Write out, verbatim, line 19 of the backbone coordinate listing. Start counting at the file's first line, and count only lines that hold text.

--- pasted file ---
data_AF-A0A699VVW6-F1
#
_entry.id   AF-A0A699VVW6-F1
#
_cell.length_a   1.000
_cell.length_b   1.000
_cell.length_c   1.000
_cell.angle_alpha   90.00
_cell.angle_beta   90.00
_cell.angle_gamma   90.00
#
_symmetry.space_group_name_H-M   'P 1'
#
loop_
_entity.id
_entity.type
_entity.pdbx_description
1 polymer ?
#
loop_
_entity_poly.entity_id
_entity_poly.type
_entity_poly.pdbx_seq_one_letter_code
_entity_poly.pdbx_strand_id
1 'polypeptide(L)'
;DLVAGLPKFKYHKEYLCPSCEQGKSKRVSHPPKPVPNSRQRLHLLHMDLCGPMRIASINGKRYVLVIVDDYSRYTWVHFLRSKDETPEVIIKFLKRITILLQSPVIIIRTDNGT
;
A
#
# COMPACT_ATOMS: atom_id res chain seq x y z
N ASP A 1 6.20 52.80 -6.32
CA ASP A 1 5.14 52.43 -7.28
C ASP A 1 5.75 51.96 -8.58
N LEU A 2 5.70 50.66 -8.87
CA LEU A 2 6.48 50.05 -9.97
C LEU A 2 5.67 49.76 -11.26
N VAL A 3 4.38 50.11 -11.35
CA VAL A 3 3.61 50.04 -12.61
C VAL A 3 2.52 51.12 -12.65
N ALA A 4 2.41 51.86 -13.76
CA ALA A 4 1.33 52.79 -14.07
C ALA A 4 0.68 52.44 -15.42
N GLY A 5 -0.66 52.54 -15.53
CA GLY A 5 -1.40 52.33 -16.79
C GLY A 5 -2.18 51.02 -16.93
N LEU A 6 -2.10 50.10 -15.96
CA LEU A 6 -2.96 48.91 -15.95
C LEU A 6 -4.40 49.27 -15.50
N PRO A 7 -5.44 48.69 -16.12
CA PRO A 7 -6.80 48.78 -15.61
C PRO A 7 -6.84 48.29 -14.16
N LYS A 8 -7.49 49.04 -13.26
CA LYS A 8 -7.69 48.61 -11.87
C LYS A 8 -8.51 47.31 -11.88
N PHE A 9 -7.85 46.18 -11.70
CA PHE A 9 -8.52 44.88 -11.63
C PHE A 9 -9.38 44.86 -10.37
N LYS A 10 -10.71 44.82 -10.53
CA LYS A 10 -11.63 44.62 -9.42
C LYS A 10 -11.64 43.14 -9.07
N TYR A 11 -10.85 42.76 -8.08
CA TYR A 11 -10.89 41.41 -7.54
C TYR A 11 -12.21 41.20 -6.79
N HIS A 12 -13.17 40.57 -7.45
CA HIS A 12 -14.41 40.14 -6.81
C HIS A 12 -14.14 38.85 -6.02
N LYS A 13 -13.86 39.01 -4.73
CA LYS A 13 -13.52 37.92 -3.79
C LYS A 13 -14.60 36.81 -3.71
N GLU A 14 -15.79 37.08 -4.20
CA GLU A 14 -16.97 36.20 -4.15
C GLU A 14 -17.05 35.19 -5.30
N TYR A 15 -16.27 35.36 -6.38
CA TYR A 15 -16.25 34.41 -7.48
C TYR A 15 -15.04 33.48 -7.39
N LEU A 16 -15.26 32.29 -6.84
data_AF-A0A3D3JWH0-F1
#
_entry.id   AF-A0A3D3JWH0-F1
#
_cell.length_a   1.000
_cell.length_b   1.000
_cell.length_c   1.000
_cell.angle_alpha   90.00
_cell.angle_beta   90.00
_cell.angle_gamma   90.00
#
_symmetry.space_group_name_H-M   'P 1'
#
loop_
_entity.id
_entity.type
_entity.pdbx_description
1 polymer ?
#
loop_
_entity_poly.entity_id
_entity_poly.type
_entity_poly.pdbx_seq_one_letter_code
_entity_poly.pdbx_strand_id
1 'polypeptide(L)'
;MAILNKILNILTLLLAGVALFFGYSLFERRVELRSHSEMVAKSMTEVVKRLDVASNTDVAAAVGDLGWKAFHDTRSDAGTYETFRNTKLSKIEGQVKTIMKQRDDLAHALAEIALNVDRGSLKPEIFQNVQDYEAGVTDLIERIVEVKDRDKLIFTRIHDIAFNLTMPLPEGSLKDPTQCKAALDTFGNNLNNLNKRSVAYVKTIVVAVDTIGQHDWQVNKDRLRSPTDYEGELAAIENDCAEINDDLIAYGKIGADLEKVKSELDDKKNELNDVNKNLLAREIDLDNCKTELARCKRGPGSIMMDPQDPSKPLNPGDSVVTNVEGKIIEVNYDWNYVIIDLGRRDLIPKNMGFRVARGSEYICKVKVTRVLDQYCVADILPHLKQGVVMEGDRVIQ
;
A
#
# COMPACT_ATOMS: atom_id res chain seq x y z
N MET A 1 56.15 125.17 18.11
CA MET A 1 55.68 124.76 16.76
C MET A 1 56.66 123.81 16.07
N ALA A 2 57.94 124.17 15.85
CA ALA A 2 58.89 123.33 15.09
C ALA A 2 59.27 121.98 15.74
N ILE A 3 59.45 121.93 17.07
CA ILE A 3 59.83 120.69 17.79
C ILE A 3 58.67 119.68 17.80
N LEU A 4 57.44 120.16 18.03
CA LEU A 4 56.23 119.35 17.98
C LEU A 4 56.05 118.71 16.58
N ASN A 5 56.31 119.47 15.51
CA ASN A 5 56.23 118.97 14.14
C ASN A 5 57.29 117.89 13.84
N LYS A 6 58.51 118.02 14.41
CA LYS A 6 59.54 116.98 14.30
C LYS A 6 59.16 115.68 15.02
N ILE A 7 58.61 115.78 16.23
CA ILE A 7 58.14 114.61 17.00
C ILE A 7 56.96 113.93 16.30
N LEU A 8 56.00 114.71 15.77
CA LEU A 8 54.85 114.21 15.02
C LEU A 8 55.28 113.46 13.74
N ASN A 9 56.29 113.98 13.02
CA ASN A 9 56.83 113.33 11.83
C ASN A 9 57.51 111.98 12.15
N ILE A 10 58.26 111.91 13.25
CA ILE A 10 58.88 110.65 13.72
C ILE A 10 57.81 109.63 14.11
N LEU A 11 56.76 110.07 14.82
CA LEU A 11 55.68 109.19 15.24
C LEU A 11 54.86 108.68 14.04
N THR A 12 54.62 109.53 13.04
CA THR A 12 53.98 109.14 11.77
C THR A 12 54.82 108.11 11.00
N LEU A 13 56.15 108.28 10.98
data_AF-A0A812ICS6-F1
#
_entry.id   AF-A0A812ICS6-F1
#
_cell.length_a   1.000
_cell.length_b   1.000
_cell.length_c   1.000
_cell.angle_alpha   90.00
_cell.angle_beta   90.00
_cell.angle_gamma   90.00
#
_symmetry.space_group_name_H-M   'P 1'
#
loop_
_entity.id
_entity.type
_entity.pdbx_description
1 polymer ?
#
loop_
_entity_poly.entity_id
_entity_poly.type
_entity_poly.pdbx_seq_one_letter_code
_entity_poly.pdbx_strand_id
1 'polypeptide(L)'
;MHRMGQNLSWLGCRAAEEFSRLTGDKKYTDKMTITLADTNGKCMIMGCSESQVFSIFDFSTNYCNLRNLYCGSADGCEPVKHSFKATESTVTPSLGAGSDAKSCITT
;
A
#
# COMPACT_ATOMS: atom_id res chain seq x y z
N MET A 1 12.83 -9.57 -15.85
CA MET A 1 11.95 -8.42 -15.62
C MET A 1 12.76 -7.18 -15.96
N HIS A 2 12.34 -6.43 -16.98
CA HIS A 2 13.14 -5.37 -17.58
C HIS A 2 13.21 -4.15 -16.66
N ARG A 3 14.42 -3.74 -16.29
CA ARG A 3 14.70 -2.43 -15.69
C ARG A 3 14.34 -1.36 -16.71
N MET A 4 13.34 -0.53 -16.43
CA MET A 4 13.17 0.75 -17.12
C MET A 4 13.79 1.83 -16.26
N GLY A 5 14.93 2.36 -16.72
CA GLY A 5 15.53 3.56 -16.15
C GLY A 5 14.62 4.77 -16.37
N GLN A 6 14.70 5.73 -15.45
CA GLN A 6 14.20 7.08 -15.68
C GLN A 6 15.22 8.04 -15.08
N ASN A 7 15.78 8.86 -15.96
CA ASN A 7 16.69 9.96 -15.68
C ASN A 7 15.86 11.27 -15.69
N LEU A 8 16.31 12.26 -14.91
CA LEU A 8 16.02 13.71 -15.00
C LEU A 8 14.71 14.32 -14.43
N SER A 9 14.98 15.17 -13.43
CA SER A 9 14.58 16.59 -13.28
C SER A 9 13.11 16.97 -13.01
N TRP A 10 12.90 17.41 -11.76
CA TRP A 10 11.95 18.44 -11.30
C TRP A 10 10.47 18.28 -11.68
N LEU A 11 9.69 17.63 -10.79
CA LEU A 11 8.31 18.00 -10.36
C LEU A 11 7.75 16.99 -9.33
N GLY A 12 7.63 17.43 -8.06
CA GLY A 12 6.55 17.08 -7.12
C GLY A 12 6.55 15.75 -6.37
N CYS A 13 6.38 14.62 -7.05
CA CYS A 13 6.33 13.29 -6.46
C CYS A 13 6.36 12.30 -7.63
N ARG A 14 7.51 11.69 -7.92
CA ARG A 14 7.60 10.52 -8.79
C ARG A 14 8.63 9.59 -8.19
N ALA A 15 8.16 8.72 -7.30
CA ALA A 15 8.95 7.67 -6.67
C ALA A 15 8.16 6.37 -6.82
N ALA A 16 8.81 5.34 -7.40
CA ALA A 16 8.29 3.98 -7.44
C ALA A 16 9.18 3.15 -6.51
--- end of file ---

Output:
#